The situation in mainland China today makes a striking contrast to the despicable situation that prevailed in Hong Kong at the start of the 1970s. In those days, syndicated corruption was so entrenched and corrosive that even life-saving public services such as firefighting could not be expected to be delivered without a bribe being paid first.
Once a particularly flagrant case – concerning the corruption of police chief superintendent Peter Godber – caught the imagination of the community, the Hong Kong government galvanised itself into action. In less than 10 years, it not only ended syndicated corruption but also instilled a new public ethos.
Since then, the people of Hong Kong, of Chinese stock or not, deem corruption as something beneath them, even though corruption by individuals still exists surreptitiously.
Why can the Hong Kong experience not be replicated on the mainland? It is because the two basic problems that plague China today did not exist in late colonial Hong Kong.
To begin with, the colonial government did not enjoy anything like absolute power. On the contrary, the British knew that colonial rule could only be sustained if it proved less objectionable than the obvious alternative, which was the return of Hong Kong to Chinese jurisdiction. Corruption in late colonial Hong Kong might have been highly organised, but it was not systemic. For all the alleged reach of the syndicates in Hong Kong, it never got close to the top or relatives of top-level officials.
When governor Murray MacLehose realised that the credibility of the colonial government was at stake and acted, he faced no resistance from the top echelons. He also did not need to worry about having to send any relative to jail as part of his anti-corruption drive.
The relative comfort MacLehose enjoyed is not available to Xi. Ending the party’s monopoly of power may be above Xi’s pay grade, as the Politburo as a whole is not ready to do so. But he can still make a real impact without democratisation. Taking on his relatives is something he can do if he is so minded.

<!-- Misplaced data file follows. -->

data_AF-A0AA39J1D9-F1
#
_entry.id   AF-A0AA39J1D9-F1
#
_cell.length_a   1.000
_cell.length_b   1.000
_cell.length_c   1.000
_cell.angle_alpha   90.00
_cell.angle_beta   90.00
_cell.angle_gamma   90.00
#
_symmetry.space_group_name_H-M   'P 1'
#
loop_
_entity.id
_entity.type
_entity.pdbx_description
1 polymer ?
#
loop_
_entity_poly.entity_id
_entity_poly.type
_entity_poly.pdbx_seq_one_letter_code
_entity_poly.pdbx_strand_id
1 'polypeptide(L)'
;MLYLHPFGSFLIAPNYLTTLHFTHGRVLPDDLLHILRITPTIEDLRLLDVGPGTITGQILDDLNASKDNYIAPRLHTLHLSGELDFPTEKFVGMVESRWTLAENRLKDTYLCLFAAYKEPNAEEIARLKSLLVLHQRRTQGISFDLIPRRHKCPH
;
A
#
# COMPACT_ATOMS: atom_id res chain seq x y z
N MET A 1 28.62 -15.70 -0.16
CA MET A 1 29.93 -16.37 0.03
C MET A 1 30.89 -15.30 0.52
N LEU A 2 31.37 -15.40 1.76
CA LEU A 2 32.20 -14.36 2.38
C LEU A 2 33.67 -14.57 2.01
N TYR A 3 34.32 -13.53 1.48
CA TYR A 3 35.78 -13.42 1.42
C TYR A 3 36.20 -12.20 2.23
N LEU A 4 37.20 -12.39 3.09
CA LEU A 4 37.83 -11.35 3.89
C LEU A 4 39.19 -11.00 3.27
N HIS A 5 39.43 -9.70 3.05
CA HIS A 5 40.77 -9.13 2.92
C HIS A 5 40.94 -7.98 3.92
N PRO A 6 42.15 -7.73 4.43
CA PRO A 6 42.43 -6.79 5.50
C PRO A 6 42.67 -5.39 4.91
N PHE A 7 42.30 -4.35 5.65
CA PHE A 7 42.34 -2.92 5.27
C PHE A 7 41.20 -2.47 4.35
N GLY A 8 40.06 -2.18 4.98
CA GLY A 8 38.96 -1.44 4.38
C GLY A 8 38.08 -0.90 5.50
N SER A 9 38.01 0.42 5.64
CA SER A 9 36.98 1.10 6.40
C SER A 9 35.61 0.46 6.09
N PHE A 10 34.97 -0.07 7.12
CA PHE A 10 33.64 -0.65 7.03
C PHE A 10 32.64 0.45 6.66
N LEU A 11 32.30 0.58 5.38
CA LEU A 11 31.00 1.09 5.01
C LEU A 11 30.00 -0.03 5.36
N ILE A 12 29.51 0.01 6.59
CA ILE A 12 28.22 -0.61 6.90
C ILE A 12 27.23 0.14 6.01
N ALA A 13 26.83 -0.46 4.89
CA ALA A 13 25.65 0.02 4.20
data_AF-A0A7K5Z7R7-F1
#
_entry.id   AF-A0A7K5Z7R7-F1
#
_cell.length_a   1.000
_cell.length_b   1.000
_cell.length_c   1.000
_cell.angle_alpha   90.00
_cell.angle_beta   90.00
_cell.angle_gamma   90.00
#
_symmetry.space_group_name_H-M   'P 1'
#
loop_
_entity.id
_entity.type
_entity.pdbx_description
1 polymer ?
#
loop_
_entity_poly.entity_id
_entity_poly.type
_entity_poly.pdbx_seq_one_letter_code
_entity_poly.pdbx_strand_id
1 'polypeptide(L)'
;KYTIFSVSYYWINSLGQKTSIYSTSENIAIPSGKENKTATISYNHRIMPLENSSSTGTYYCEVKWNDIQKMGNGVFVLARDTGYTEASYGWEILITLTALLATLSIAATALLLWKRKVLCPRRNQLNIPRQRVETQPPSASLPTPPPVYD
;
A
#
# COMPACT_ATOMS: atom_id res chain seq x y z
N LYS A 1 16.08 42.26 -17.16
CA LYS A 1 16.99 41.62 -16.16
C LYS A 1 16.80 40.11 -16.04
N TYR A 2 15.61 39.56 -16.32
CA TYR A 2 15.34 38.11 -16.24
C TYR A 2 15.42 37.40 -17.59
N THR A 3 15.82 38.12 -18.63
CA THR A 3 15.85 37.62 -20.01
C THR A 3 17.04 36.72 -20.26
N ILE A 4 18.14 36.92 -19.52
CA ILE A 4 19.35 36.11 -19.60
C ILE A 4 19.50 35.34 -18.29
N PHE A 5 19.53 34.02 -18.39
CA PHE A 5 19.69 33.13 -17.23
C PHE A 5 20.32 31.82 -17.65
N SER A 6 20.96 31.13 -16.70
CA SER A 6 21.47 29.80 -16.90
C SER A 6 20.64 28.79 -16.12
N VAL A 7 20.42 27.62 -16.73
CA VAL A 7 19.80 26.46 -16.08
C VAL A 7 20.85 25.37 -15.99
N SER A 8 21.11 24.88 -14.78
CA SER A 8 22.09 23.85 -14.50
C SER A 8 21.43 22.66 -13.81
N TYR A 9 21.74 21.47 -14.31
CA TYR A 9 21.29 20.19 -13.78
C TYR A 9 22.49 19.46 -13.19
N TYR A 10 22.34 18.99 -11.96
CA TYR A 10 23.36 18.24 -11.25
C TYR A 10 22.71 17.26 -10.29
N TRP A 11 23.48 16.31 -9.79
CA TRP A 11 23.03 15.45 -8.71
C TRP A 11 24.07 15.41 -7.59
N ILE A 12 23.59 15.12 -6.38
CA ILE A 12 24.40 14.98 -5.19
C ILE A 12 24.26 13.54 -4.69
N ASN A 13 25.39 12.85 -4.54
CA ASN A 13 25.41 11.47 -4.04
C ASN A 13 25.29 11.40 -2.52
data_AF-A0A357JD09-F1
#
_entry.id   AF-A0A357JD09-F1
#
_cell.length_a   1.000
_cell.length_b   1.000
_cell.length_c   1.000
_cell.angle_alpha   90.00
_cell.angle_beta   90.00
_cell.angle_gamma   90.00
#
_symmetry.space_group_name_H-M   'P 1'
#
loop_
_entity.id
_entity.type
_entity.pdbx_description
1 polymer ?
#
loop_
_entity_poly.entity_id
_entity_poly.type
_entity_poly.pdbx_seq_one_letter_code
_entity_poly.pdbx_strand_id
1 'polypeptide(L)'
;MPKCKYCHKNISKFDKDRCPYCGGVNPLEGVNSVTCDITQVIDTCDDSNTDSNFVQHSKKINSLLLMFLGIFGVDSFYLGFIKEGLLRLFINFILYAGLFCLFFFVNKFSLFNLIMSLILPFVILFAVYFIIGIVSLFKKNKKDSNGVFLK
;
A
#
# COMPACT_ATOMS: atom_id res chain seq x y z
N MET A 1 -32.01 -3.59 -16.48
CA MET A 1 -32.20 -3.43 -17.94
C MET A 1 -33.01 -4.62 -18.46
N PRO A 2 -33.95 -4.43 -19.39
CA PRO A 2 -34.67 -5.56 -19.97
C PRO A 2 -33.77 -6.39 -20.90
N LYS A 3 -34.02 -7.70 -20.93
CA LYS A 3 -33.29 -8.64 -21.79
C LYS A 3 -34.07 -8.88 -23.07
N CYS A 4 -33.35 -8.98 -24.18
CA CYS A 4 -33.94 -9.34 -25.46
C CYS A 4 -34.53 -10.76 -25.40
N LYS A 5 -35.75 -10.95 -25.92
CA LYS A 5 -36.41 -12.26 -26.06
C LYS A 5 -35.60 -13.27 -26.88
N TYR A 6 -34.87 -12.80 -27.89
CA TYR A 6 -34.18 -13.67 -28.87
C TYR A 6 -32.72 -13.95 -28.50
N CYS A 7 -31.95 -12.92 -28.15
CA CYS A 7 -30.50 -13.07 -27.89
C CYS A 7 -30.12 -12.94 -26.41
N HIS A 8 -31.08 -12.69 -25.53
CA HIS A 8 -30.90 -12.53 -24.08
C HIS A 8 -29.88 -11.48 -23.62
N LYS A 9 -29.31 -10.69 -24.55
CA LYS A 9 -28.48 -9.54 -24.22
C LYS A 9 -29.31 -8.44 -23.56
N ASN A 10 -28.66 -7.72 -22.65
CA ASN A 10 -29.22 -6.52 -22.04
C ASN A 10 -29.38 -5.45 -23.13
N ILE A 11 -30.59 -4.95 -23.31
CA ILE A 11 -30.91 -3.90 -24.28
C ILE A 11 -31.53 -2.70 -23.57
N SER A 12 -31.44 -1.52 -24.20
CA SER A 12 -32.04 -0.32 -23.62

Until Xi makes a genuinely dramatic gesture, his anti-corruption drive will not be taken seriously.
The reality in China today is that even if Xi’s relatives do not ask for bribes, they will still find a stream of expensive gifts going their way. Unless they vigorously refuse and report all cases to Xi so that those who attempt to bribe are punished, this will not stop.
Until Xi is willing to jail his relatives or require them to report their friends who bribe them and send them to jail, his anti-corruption campaign will be interpreted in a cynical way. It will be taken by those in authority as a requirement that they should not flaunt their ill-gotten gains, and a few will be sacrificed to enable the party to claim successes.
To make his anti-corruption drive credible, Xi must take dramatic and drastic action that catches the imagination of the cadres and the general public. Nothing less will do.
Steve Tsang is professor of Contemporary Chinese Studies and director of the China Policy Institute at the University of Nottingham